It looked so perfect for Green Bay. Snow falling. Packers in green and gold. Lambeau Field in January.
Only it wasn't Brett Favre making all the plays.
It was Michael Vick.
Undaunted by the storied stadium where his own coach lost in the "Ice Bowl" 35 years ago, Vick made history of his own.
The 22-year-old improvisational genius led the Atlanta Falcons to a shocking 27-7 upset of the Packers in a wild-card playoff before a record crowd of 65,358 stunned souls.
The Packers (12-5) were the only team to go unbeaten at home during the regular season. And they had never lost a home playoff game since the NFL instituted a postseason in 1933 in going 13-0 -- 11 of the victories coming at Lambeau and two more in Milwaukee.
The closest they had come was on New Year's Eve 1967, when Bart Starr knifed into the end zone with 13 seconds left to give Green Bay a 21-17 victory over Dallas in the coldest game in NFL history.
Falcons coach Dan Reeves threw a 50-yard touchdown pass on a halfback option that gave the Cowboys a 17-14 fourth-quarter lead in that game.
Favre had built a reputation as the game's greatest cold-weather quarterback, winning all 35 of his starts at home in which the temperature was 34 or below.
It was an unseasonably warm 31 degrees at kickoff. But by the time snow began falling at halftime, the Falcons had an astonishing 24-0 lead.
Favre was without Pro Bowl running back Ahman Green (knee) and leading receivers Donald Driver (shoulder) and Terry Glenn (concussion) in a futile second-half comeback attempt.
He finished 20-of-42 for 247 yards.
Vick was 13-of-25 for 117 and rushed 10 times for 64 yards, numerous times turning sure sacks into big plays.
The Falcons (10-6-1), who had backed into the playoffs after losing three of four in December, will travel to Philadelphia for a divisional playoff next weekend.
The Packers, who just one week ago still had a shot at the home-field advantage throughout the NFC playoffs, began their offseason much sooner than anyone expected.
Still deflated from their demoralizing 42-17 defeat to the New York Jets last week that cost them a first-round bye, the Packers received a series of rapid-fire jolts in the first night playoff game in their history.
First, Pro Bowl safety Darren Sharper (knee) was unable to play, leaving the Packers without their fastest defender to help contain Vick.
Their next best bet was a snowstorm, but it arrived too late to curtail Vick, the top pick in last year's draft who nearly beat Green Bay in the season opener at Lambeau Field before losing 37-34 in overtime.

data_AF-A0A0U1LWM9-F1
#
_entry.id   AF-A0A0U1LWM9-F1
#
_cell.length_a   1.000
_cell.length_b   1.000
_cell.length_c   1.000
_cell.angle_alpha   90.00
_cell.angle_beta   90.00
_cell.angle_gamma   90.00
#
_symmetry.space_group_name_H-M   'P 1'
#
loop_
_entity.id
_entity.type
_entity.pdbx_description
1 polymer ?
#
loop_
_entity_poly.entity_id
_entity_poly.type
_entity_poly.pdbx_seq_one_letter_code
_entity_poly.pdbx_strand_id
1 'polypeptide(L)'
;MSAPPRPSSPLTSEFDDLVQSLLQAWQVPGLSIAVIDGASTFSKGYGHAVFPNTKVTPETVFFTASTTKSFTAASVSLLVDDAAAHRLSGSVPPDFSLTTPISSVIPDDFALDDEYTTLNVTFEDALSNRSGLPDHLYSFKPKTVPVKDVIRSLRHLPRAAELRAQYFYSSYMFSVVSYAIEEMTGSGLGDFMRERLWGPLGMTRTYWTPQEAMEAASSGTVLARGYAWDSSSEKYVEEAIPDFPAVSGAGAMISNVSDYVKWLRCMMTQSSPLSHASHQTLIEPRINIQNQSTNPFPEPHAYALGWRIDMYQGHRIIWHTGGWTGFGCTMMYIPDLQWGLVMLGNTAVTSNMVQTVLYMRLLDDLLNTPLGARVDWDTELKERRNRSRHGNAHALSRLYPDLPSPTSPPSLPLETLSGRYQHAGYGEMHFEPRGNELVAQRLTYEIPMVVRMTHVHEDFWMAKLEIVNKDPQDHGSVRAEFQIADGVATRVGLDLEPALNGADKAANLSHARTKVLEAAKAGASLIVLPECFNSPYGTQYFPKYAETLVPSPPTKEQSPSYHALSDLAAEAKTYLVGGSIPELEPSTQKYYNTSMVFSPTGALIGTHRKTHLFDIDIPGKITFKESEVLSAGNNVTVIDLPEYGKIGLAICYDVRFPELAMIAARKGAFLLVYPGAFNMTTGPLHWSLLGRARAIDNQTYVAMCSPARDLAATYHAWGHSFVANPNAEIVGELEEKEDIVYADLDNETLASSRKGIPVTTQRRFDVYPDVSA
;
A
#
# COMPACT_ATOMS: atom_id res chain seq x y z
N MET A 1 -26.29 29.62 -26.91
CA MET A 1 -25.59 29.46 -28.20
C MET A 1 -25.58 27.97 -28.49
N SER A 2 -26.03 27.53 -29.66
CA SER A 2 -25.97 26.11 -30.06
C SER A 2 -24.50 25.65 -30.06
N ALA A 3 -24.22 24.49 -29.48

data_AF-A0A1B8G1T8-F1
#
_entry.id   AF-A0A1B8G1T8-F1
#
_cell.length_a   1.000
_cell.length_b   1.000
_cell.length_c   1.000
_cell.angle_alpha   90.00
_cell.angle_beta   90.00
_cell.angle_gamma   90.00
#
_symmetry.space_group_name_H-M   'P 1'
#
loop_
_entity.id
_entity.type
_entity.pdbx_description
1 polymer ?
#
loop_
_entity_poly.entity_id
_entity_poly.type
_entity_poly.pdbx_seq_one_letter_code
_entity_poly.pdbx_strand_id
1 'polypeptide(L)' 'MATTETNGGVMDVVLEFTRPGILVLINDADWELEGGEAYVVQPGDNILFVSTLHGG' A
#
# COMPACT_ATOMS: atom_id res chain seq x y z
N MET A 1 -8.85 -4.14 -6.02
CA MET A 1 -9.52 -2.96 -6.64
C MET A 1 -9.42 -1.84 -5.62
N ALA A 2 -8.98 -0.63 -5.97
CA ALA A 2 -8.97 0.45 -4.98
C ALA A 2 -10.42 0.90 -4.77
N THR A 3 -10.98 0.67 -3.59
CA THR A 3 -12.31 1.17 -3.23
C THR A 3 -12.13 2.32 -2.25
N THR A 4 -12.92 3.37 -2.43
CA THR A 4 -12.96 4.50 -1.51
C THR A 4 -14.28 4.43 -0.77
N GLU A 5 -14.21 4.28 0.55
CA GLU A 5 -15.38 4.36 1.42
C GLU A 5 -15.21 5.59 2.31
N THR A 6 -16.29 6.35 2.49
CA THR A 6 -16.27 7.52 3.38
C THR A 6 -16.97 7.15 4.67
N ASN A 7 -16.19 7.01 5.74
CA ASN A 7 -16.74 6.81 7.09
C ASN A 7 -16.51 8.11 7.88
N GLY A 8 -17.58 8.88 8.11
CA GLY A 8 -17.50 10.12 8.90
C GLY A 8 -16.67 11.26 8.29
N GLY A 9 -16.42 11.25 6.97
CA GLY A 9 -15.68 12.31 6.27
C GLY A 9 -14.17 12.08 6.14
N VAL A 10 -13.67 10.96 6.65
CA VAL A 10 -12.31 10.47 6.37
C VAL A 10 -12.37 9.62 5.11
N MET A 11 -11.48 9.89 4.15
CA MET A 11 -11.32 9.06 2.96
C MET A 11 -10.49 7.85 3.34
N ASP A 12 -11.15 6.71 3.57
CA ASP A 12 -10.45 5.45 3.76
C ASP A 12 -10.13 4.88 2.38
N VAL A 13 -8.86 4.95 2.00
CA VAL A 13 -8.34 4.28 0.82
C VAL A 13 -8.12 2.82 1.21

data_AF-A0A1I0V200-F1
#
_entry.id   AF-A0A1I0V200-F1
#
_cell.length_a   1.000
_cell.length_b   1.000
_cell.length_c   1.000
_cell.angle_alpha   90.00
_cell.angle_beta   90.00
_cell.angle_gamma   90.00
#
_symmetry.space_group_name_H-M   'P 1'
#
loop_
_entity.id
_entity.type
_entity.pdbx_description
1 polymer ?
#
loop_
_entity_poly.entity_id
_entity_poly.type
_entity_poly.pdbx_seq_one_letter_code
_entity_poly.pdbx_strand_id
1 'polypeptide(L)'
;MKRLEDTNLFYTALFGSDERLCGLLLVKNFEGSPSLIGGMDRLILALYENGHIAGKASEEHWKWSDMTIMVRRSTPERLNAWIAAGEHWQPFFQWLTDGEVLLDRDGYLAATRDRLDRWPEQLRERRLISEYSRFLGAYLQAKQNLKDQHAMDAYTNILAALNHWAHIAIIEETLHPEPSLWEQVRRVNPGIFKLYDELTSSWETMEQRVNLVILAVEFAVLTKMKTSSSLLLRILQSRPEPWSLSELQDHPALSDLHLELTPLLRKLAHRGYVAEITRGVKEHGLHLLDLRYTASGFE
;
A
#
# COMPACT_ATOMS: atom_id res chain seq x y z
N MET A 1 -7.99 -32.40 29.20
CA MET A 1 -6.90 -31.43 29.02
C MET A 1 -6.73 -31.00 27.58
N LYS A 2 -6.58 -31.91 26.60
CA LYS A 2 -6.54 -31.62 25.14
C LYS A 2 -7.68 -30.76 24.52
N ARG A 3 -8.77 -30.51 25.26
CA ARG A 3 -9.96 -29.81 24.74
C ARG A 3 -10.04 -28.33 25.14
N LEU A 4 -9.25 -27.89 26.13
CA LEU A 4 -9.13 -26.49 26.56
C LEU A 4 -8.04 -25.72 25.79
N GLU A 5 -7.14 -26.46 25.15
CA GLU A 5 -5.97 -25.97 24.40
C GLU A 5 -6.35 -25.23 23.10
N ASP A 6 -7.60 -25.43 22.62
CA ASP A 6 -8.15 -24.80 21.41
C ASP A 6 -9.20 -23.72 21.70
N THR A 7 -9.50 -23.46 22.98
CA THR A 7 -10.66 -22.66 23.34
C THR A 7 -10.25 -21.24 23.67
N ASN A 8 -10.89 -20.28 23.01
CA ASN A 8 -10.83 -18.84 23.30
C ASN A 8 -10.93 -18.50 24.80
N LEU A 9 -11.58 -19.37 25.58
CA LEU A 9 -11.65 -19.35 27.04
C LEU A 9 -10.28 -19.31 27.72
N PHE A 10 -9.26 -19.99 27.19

On the second play from scrimmage, Falcons center Todd McClure cut-blocked nose tackle Gilbert Brown, who went to the sideline for the rest of the drive.
Atlanta, which hadn't reached the end zone on its opening drive all season, promptly went 76 yards in 10 plays, the payoff coming on Shawn Jefferson's 10-yard touchdown catch.
Then, the Packers special teams, which had failed them all year, self-destructed again.
Linebacker Mark Simoneau beat Matt Bowen and blocked Josh Bidwell's punt out of Green Bay's end zone and Artie Ulmer smothered the loose ball for another Atlanta touchdown and a 14-0 lead.
Ryan Longwell missed a 47-yard field goal - he also missed from 45 yards in the third quarter - and Kevin McCadem pushed Tyrone Williams into Green Bay punt returner Eric Metcalf. Falcons fullback George Layne recovered the muffed punt.
Packers coach Mike Sherman didn't challenge the call - and a review would have given Green Bay possession because the punted ball clearly bounced off McCadem's left shoulder.
Four plays later, the Falcons made it 21-0 when T.J. Duckett carried the pile 6 yards into the end zone as a shocked Sherman crouched on the sideline.
The fervent Falcons then stopped the Packers with a goal-line stand, nose tackle Ellis Johnson dumping Green for a 4-yard loss on fourth down after Sherman elected not to go for a field goal.
Over Favre's career, the Packers had scored 48 touchdowns and one field goal when they had first-and-goal.
As the much-awaited snow began falling, the exhilarated Falcons didn't flinch. Vick led them 90 yards in 16 plays for Jay Feely's 22-yard field goal on the final play of the first half for a 24-0 lead.
The big play on the drive came when Vick escaped a 15-yard sack by Kabeer Gbaja-Biamila, who was slowed by a stomach flu, and turned it into an 11-yard gain to the Green Bay 29.
Favre, who had two interceptions and a fumble, hit Driver with a 14-yard touchdown on the first drive after halftime, but Driver re-injured his dislocated shoulder on the play.
It was the 13th straight playoff game in which Favre threw a touchdown pass, tying Dan Marino's NFL record.
But it wasn't nearly enough against Vick and the Falcons, who also handed the Packers their last loss at Lambeau, 23-20 on Nov. 18, 2001.
The crowd began clearing out in the fourth quarter, something that had been unheard of at Lambeau Field.
Just like a Packers playoff loss.